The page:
Tracking time, and killing it too
In this week’s roundup of new Mac Apps, we bring you a way to skip terrible music, find out where your day goes, and make the most of your breaks.
Brian Toth’s $30 AutoMile - Automatic mileage calculation at your convenience (Mac App Store Link) calculates your car’s mileage based on where you’ve been.
Excellent for people who need to track their expenses, the app uses a list of locations you’ve visited to compute the distance you’ve traveled, and it stores this info in a handy format for later reference and use.
It happens every day: You’re in the groove playing your favorite tunes, when suddenly that one song you can’t stand comes on and ruins your mood.
Fear no more! Danger Cove’s $3 Denied (Mac App Store Link) allows you to automatically skip songs based on a number of simple rules, such as artist name, title, and so on. It's compatible with iTunes, Rdio, and Spotify.
Fhotoroom X 1.2
If you can’t find the perfect image filter to suit your needs, Supporting Computers’s $6 Fhotoroom X is ready to come to your rescue.
With a dozen or so filter parameters, the app lets you load up your images and tweak every last detail in them, from color correction to lens aberration. Even better, you can create your own custom filter combinations and reuse them to your heart’s content.
Mini Motor Racing 1.0.1
Your goal in this fast-paced game is to race your car against a number of computer-powered opponents in a variety of environments, earning points that you can reinvest in upgrades.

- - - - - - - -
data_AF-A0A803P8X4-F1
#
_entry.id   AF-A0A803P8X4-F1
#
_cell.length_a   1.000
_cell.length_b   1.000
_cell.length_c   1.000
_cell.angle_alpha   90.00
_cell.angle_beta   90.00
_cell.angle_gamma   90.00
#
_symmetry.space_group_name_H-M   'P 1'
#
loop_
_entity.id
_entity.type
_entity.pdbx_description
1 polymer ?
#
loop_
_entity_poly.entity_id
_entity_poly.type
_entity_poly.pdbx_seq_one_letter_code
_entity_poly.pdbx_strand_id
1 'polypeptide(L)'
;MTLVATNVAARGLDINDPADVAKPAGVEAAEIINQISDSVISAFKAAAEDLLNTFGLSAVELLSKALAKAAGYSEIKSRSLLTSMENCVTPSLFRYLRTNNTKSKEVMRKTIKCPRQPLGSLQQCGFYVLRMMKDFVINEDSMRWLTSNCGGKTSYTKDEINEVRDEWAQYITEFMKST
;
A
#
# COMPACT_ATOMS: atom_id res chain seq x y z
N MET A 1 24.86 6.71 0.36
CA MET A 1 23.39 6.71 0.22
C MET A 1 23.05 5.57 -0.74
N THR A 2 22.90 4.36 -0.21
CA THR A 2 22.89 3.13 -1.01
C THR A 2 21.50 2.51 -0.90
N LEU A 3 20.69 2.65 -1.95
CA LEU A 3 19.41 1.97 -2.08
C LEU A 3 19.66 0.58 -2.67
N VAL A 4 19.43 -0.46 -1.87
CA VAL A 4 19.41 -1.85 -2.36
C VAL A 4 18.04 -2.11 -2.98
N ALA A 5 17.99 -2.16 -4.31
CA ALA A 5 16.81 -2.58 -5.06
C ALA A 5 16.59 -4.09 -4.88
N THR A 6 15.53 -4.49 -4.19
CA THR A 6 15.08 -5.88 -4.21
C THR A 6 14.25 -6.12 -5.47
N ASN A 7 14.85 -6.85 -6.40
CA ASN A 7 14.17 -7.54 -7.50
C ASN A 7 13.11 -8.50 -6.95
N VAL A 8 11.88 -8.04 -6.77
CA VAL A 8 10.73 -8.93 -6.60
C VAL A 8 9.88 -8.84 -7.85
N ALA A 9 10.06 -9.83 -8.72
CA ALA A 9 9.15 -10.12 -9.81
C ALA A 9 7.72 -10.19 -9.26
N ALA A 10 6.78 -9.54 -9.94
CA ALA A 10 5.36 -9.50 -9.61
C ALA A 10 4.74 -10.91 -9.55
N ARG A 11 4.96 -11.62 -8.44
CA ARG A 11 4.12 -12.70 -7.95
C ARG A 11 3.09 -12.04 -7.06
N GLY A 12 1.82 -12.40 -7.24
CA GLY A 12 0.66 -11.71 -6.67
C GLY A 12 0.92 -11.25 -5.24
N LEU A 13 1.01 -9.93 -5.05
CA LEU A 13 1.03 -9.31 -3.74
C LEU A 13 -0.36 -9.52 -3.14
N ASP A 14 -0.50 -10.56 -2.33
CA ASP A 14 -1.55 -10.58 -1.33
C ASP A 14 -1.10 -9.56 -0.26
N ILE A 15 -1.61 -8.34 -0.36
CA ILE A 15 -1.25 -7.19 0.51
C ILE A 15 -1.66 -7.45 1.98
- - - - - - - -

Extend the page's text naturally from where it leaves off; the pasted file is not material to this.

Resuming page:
On Site Backup 1.6
Everybody knows the benefits of backing up your data to the cloud—but what happens when the cloud itself breaks? Holy Mackerel Software’s $20 On Site Backup (Mac App Store Link) aims to answer this question by letting you create “reverse backups” of your remote data.
The app can automatically read data from a variety of remote sources, including MySQL databases, FTP sites, and mapped drives, and then give you access to it on command.
Savvy Clipboard 2.9.1
The app works by keeping a history of everything you place on your pasteboard, rather than just the last item you copied. You can then paste from the history back into any OS X app you like.
If your Mac’s disks are behaving strangely, Subtle B’s $3 StorageStatus can help you diagnose the problem.
The app keeps a close eye on the power status of each storage device recognized by OS X, allowing you to monitor unusual patterns even on complex RAID configurations.
The app tracks the time you spend on your Mac, giving you an easy-to-follow breakdown of the apps and documents in which you spend most of your time. You can, of course, also create manual entries to mark your activity in a different way—like, say, associating it with a specific client for billing purposes.